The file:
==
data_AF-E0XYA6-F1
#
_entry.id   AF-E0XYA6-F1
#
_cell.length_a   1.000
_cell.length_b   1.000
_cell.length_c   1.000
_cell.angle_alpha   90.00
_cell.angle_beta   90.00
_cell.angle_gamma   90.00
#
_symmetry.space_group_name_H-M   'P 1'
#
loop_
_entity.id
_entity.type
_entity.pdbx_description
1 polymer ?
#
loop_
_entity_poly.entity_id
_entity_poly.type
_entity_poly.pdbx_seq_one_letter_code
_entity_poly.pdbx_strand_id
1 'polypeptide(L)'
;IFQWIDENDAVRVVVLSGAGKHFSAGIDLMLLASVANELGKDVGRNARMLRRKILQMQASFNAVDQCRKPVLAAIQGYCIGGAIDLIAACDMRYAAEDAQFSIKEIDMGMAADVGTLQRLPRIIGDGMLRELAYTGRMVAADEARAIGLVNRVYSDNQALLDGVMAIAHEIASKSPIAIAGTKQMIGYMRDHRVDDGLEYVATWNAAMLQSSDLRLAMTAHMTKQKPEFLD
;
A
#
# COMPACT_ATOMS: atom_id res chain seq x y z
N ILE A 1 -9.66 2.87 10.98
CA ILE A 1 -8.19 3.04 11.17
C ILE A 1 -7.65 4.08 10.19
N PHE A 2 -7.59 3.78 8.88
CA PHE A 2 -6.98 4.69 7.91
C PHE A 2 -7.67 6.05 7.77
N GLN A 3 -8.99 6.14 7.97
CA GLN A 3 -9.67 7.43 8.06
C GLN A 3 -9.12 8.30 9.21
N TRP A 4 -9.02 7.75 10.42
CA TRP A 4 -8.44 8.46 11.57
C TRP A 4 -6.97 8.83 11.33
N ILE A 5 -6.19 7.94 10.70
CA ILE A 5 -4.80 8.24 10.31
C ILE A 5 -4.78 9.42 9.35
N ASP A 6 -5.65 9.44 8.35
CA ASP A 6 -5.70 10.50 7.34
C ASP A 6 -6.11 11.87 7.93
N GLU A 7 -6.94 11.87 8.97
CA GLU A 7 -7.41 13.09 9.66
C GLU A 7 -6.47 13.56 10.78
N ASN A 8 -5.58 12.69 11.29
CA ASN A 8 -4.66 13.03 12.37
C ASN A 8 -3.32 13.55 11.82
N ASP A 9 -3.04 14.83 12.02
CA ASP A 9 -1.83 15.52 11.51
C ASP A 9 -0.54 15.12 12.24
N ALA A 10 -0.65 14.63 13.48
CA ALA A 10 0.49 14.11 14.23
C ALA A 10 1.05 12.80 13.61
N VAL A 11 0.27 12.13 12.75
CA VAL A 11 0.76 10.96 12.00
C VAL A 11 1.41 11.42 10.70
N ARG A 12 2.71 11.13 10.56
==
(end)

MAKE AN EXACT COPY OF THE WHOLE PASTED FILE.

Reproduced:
data_AF-E0XYA6-F1
#
_entry.id   AF-E0XYA6-F1
#
_cell.length_a   1.000
_cell.length_b   1.000
_cell.length_c   1.000
_cell.angle_alpha   90.00
_cell.angle_beta   90.00
_cell.angle_gamma   90.00
#
_symmetry.space_group_name_H-M   'P 1'
#
loop_
_entity.id
_entity.type
_entity.pdbx_description
1 polymer ?
#
loop_
_entity_poly.entity_id
_entity_poly.type
_entity_poly.pdbx_seq_one_letter_code
_entity_poly.pdbx_strand_id
1 'polypeptide(L)'
;IFQWIDENDAVRVVVLSGAGKHFSAGIDLMLLASVANELGKDVGRNARMLRRKILQMQASFNAVDQCRKPVLAAIQGYCIGGAIDLIAACDMRYAAEDAQFSIKEIDMGMAADVGTLQRLPRIIGDGMLRELAYTGRMVAADEARAIGLVNRVYSDNQALLDGVMAIAHEIASKSPIAIAGTKQMIGYMRDHRVDDGLEYVATWNAAMLQSSDLRLAMTAHMTKQKPEFLD
;
A
#
# COMPACT_ATOMS: atom_id res chain seq x y z
N ILE A 1 -9.66 2.87 10.98
CA ILE A 1 -8.19 3.04 11.17
C ILE A 1 -7.65 4.08 10.19
N PHE A 2 -7.59 3.78 8.88
CA PHE A 2 -6.98 4.69 7.91
C PHE A 2 -7.67 6.05 7.77
N GLN A 3 -8.99 6.14 7.97
CA GLN A 3 -9.67 7.43 8.06
C GLN A 3 -9.12 8.30 9.21
N TRP A 4 -9.02 7.75 10.42
CA TRP A 4 -8.44 8.46 11.57
C TRP A 4 -6.97 8.83 11.33
N ILE A 5 -6.19 7.94 10.70
CA ILE A 5 -4.80 8.24 10.31
C ILE A 5 -4.78 9.42 9.35
N ASP A 6 -5.65 9.44 8.35
CA ASP A 6 -5.70 10.50 7.34
C ASP A 6 -6.11 11.87 7.93
N GLU A 7 -6.94 11.87 8.97
CA GLU A 7 -7.41 13.09 9.66
C GLU A 7 -6.47 13.56 10.78
N ASN A 8 -5.58 12.69 11.29
CA ASN A 8 -4.66 13.03 12.37
C ASN A 8 -3.32 13.55 11.82
N ASP A 9 -3.04 14.83 12.02
CA ASP A 9 -1.83 15.52 11.51
C ASP A 9 -0.54 15.12 12.24
N ALA A 10 -0.65 14.63 13.48
CA ALA A 10 0.49 14.11 14.23
C ALA A 10 1.05 12.80 13.61
N VAL A 11 0.27 12.13 12.75
CA VAL A 11 0.76 10.96 12.00
C VAL A 11 1.41 11.42 10.70
N ARG A 12 2.71 11.13 10.56